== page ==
These colors can be changed with the Window->Colors command.

In fact, the user may perform certain operations on the current character guide lines instead of the character itself. This can also be specified in the Foreground/Background Menu, and is described in the section on guide lines.

A raster character with a background character
 A raster character with a background character

The Character Properties Windows

The character properties and background character properties windows show various important data about these characters, and are described in the section on Character Commands.

The Typeset Window

The Typeset Window is used to display the current character in the context of any text, even taken from another font. The main purpose of this screen is to judge the overall appearance of the character, to adjust its placement, its width, etc.

The Typeset Properties Window

The Typeset properties window will display a list of relevant values for the typeset screen. An example of such a list is shown below:
An example typeset properties window
Char  'A'     NewW=35   Pts=10   Vis=15   CZX=0.001  RZX=2
Font  OurRomanFont      Pts=15   Vis=18   CZY=0.001  RZY=2
This example typeset properties window contains the following items:

The Mouse Button and Arrow Description Window

The mouse button and arrow description window displays, for each function and context, the presently applicable mouse buttons, together with the functions that they will perform. It is also shown which of the eight arrows (keys R7 through R15) are applicable at any time, and what function they will perform.

The Messages and Errors Window

The messages and errors window guides the user through the operations with explanatory messages, and it displays the error messages.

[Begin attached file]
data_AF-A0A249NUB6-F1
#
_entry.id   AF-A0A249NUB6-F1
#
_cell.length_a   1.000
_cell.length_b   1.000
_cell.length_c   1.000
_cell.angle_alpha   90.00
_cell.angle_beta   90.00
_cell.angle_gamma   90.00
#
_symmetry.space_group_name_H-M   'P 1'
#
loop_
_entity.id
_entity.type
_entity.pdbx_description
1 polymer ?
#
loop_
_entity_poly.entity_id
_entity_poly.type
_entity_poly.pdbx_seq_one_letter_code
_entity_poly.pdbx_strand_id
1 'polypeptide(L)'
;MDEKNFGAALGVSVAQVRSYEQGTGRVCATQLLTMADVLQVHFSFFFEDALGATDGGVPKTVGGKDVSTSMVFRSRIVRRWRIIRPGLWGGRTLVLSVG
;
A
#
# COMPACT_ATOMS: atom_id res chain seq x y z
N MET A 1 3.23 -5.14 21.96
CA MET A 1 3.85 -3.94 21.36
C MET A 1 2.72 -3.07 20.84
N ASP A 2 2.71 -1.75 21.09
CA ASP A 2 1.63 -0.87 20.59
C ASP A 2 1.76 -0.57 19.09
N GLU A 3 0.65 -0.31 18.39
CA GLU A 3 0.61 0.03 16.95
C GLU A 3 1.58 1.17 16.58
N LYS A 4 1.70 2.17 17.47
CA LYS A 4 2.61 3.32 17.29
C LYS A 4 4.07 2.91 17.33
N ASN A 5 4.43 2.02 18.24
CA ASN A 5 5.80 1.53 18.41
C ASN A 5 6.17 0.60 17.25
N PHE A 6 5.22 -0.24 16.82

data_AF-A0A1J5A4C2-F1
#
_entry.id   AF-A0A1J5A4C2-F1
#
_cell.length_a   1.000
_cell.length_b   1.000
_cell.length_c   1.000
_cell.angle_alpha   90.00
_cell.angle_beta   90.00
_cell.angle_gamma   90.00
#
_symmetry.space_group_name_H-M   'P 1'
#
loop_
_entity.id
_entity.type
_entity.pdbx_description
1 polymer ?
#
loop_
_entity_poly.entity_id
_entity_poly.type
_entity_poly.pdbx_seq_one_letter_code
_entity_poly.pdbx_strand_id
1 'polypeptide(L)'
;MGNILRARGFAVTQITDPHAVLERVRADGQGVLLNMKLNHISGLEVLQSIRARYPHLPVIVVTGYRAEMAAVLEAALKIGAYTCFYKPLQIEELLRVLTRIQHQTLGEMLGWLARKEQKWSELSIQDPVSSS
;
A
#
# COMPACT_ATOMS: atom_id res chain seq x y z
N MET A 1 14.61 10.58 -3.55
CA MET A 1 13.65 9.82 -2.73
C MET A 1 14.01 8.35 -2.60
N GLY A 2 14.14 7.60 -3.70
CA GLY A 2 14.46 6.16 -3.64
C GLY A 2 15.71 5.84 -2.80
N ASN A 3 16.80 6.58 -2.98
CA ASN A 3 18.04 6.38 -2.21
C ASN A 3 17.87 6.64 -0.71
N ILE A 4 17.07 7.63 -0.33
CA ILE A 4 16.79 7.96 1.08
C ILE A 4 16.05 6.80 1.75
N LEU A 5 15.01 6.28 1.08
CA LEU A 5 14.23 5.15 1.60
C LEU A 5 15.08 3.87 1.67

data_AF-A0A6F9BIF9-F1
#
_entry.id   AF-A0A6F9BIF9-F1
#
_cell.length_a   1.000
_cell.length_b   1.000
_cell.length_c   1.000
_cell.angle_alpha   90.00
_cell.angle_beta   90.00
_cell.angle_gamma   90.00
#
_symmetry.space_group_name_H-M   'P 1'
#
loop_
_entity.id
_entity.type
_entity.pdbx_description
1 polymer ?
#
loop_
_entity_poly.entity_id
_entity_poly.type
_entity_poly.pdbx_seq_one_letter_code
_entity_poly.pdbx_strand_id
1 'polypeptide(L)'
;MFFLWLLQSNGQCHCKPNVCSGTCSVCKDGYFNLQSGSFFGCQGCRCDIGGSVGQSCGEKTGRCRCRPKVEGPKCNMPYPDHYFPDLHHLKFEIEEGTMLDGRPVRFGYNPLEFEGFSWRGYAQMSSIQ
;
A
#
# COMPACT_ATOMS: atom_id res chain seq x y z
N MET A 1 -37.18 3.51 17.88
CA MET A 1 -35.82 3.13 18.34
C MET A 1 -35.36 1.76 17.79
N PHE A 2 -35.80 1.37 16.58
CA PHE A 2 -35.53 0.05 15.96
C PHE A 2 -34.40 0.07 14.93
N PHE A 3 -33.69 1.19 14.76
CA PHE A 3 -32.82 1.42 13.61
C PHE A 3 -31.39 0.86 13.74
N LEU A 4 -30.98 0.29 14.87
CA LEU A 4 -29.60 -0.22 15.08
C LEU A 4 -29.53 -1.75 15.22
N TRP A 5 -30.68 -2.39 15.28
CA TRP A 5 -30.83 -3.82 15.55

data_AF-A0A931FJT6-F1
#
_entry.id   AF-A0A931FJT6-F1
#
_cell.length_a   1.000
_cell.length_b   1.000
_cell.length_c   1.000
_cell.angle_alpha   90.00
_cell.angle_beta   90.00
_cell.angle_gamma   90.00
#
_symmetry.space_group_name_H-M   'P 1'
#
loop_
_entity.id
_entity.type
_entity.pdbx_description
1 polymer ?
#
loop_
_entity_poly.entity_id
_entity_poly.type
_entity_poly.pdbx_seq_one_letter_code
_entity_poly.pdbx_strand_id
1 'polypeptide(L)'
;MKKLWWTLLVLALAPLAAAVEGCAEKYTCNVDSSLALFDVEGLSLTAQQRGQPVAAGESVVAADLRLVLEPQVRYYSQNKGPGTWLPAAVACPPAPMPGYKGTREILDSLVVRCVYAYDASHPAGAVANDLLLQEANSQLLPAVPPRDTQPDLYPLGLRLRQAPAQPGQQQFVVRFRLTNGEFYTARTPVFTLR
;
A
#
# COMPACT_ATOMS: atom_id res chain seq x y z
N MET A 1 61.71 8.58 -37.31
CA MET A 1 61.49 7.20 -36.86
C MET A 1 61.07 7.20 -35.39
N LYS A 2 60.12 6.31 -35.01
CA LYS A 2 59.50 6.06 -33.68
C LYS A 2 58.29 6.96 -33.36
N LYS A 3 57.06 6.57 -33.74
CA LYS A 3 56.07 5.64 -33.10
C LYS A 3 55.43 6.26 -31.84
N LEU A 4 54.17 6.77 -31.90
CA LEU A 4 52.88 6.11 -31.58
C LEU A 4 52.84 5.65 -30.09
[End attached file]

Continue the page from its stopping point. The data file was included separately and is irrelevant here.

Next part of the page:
The Input Pop-Up and Tracking Information Window

The input pop-up and tracking information window sets values and options for commands and displays relevant command information. For many commands, it will display coordinate values and other tracking information. For commands requiring the setting of options, menus with the appropriate choices will be displayed. For commands requiring textual or numeric input, such input may be typed using the keyboard.

After changing any of those options or values, the user must typically press the Apply button to make these settings effective.

Some commands are governed by a single value to be set, such as a rotation angle or a scale factor. There, the window contains a slider on which the user determines the input value. Setting the value on the slider will automatically make the changes effective and there is no Apply button in the presence of a slider.

The particular use of this window is described separately for the various commands.

This window contains two additional buttons; OK will finalize the command, keeping the changes, Cancel will abort the command, discarding the changes introduced by this command.